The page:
I am brave, I am bruised
I am who I’m meant to be, this is me
I’ve had to fight my entire life. It’s not uncommon for the women in my family, it turns out. I had to fight in my first middle school because I wasn’t white enough, and again in my second school when I was not Hispanic enough. I’ve had to fight bisexual erasure, informing people that it isn’t just a phase. I’ve had to battle my own perceptions of what being bisexual enough even meant. I still do.
And I know that I deserve your love
There’s nothing I’m not worthy of
Let me tell you, walking into the 2019 Churchwide Assembly felt like how I imagine Lettie Lutz and the rest of the performers walking into that reception at the start of the song. I was armed with rage fueled by years of rejection, heartbreak, and silencers that spoke louder than any words could’ve. It’s what had brought me there with a singular goal of sharing my story publicly, and to do one of the boldest things I’ve ever done in my life at the end of the Assembly’s first plenary session. I tracked down the newly elected Bishop of my assigned synod, introduced myself, and politely informed him I hadn’t heard from his office in six months. Two weeks after the conclusion of my time in Milwaukee I had an apology from the Synod and paperwork for the church that would eventually call me.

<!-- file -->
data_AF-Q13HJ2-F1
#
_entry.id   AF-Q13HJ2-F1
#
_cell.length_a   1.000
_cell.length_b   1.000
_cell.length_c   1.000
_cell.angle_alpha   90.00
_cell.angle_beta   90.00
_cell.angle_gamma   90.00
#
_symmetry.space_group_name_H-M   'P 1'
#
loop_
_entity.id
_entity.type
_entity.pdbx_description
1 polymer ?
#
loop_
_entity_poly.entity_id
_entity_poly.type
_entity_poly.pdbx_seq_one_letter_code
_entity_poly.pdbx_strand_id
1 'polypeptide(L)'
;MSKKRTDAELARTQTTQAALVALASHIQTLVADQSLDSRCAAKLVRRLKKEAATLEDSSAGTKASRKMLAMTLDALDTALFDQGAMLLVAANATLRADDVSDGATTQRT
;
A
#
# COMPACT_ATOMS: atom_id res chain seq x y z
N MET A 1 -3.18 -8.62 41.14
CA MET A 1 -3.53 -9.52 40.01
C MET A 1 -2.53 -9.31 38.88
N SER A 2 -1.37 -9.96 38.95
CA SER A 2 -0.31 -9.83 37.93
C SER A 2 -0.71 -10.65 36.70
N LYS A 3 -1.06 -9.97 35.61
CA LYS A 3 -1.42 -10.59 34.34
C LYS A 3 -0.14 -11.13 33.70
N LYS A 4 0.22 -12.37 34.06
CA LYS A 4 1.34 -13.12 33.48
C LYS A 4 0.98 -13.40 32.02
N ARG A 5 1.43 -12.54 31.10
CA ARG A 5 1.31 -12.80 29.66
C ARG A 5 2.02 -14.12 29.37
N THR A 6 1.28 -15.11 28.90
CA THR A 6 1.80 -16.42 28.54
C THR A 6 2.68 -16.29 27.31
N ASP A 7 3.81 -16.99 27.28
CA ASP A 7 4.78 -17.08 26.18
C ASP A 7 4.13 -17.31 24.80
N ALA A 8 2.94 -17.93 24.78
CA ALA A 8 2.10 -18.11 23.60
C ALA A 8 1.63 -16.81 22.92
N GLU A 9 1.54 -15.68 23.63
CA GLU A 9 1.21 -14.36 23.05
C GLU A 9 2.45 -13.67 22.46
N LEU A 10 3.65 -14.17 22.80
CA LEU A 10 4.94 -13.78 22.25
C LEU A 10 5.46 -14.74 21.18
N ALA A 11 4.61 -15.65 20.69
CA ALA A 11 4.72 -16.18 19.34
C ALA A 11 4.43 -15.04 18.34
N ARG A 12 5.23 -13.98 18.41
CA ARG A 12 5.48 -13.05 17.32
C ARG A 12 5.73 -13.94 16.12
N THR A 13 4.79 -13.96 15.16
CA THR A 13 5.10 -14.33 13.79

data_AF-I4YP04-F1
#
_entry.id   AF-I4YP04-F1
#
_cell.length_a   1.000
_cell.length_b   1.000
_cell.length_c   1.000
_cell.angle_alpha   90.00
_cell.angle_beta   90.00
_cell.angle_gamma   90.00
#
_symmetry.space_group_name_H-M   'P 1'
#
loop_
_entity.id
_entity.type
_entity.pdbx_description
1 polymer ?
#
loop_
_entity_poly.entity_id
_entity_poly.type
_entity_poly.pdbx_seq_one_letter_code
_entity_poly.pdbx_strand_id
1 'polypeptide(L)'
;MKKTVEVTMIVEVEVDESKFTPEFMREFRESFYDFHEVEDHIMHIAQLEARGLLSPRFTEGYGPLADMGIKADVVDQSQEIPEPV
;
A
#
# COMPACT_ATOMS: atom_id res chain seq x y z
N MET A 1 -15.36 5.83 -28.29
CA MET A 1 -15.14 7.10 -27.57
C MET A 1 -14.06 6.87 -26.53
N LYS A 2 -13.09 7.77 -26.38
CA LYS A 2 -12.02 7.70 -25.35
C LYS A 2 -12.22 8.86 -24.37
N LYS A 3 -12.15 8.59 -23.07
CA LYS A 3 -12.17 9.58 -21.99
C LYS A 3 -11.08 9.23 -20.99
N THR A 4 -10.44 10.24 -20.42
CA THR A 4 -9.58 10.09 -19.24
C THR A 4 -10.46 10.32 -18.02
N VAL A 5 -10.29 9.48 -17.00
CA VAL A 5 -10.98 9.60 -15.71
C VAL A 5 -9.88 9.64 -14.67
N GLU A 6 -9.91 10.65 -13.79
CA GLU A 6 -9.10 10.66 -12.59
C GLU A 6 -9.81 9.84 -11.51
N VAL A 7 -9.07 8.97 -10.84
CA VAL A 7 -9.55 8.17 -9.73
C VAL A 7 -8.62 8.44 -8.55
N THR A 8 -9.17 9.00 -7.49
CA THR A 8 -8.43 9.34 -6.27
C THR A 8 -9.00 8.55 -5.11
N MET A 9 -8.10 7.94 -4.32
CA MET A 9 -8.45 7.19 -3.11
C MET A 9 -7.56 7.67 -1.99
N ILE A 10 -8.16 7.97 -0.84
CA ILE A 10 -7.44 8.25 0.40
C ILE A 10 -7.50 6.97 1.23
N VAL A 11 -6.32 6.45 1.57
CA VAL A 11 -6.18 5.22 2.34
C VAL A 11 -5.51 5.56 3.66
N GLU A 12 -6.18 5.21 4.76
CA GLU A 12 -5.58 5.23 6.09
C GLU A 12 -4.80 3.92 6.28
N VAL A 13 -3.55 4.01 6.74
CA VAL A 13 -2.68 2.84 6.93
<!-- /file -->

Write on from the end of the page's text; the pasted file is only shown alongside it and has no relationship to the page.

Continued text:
I suspect I’ll be fighting for the rest of my life in one way or another. Fighting to face my own demons. Fighting to love the messy parts of myself I often try to hide. And fighting to leave this world better than I found it for those who come after me. I haven’t had the easiest journey, but I haven’t had the hardest one either, and I take pride in doing the work.
This is me.
Rev. Analyse Triolo (she/her) is a year and a half into the wild adventure of Pandemic Pastoring in the mystical land of Queens, NY. In her spare time, she enjoys reading comics, Greek Mythology, and planning out her bi-furious half-elven rogue (Tiefling Rogue? She can’t decide…) for her next D&D Campaign. She also loves singing showtunes so loud her neighbors can hear. Analyse multi-classed as a Master of Divinity while at the Wake Forest University School of Divinity, and as a Master of Arts in Ministry at the Lutheran School of Theology at Chicago. Roll for initiative!